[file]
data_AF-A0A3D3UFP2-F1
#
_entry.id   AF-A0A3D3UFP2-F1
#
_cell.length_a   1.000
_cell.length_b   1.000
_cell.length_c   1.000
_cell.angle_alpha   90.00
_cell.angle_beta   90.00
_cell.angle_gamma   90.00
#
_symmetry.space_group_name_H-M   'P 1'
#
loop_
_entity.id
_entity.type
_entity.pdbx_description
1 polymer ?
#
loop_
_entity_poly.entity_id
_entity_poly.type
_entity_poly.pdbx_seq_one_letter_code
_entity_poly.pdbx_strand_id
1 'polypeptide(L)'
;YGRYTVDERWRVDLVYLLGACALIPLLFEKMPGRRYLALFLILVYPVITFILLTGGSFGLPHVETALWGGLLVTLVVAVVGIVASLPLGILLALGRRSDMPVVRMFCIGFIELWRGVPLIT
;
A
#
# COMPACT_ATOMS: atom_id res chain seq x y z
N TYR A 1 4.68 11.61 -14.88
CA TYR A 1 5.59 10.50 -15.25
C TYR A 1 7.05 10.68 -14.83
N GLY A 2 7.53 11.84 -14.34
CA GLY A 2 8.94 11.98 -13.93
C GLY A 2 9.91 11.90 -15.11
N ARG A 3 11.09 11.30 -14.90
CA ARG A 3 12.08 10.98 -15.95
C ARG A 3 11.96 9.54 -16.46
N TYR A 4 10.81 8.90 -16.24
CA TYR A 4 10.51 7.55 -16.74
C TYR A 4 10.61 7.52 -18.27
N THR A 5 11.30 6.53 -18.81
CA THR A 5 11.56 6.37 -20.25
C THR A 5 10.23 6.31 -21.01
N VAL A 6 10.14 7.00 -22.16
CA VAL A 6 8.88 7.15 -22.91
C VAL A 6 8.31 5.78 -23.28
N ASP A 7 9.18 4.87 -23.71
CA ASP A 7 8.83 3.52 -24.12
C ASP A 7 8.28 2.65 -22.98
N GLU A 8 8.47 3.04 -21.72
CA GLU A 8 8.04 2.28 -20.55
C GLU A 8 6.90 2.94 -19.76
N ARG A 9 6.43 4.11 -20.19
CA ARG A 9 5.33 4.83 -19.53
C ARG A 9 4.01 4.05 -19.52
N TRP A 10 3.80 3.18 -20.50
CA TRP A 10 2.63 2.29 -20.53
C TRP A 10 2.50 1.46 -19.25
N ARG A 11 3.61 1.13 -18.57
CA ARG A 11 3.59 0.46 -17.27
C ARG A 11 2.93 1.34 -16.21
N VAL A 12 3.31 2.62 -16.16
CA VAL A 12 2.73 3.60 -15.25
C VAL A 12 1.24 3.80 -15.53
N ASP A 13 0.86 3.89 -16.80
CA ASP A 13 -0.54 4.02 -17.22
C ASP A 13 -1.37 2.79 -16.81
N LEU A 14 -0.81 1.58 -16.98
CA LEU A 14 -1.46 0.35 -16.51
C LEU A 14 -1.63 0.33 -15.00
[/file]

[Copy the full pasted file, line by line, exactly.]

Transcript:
data_AF-A0A3D3UFP2-F1
#
_entry.id   AF-A0A3D3UFP2-F1
#
_cell.length_a   1.000
_cell.length_b   1.000
_cell.length_c   1.000
_cell.angle_alpha   90.00
_cell.angle_beta   90.00
_cell.angle_gamma   90.00
#
_symmetry.space_group_name_H-M   'P 1'
#
loop_
_entity.id
_entity.type
_entity.pdbx_description
1 polymer ?
#
loop_
_entity_poly.entity_id
_entity_poly.type
_entity_poly.pdbx_seq_one_letter_code
_entity_poly.pdbx_strand_id
1 'polypeptide(L)'
;YGRYTVDERWRVDLVYLLGACALIPLLFEKMPGRRYLALFLILVYPVITFILLTGGSFGLPHVETALWGGLLVTLVVAVVGIVASLPLGILLALGRRSDMPVVRMFCIGFIELWRGVPLIT
;
A
#
# COMPACT_ATOMS: atom_id res chain seq x y z
N TYR A 1 4.68 11.61 -14.88
CA TYR A 1 5.59 10.50 -15.25
C TYR A 1 7.05 10.68 -14.83
N GLY A 2 7.53 11.84 -14.34
CA GLY A 2 8.94 11.98 -13.93
C GLY A 2 9.91 11.90 -15.11
N ARG A 3 11.09 11.30 -14.90
CA ARG A 3 12.08 10.98 -15.95
C ARG A 3 11.96 9.54 -16.46
N TYR A 4 10.81 8.90 -16.24
CA TYR A 4 10.51 7.55 -16.74
C TYR A 4 10.61 7.52 -18.27
N THR A 5 11.30 6.53 -18.81
CA THR A 5 11.56 6.37 -20.25
C THR A 5 10.23 6.31 -21.01
N VAL A 6 10.14 7.00 -22.16
CA VAL A 6 8.88 7.15 -22.91
C VAL A 6 8.31 5.78 -23.28
N ASP A 7 9.18 4.87 -23.71
CA ASP A 7 8.83 3.52 -24.12
C ASP A 7 8.28 2.65 -22.98
N GLU A 8 8.47 3.04 -21.72
CA GLU A 8 8.04 2.28 -20.55
C GLU A 8 6.90 2.94 -19.76
N ARG A 9 6.43 4.11 -20.19
CA ARG A 9 5.33 4.83 -19.53
C ARG A 9 4.01 4.05 -19.52
N TRP A 10 3.80 3.18 -20.50
CA TRP A 10 2.63 2.29 -20.53
C TRP A 10 2.50 1.46 -19.25
N ARG A 11 3.61 1.13 -18.57
CA ARG A 11 3.59 0.46 -17.27
C ARG A 11 2.93 1.34 -16.21
N VAL A 12 3.31 2.62 -16.16
CA VAL A 12 2.73 3.60 -15.25
C VAL A 12 1.24 3.80 -15.53
N ASP A 13 0.86 3.89 -16.80
CA ASP A 13 -0.54 4.02 -17.22
C ASP A 13 -1.37 2.79 -16.81
N LEU A 14 -0.81 1.58 -16.98
CA LEU A 14 -1.46 0.35 -16.51
C LEU A 14 -1.63 0.33 -15.00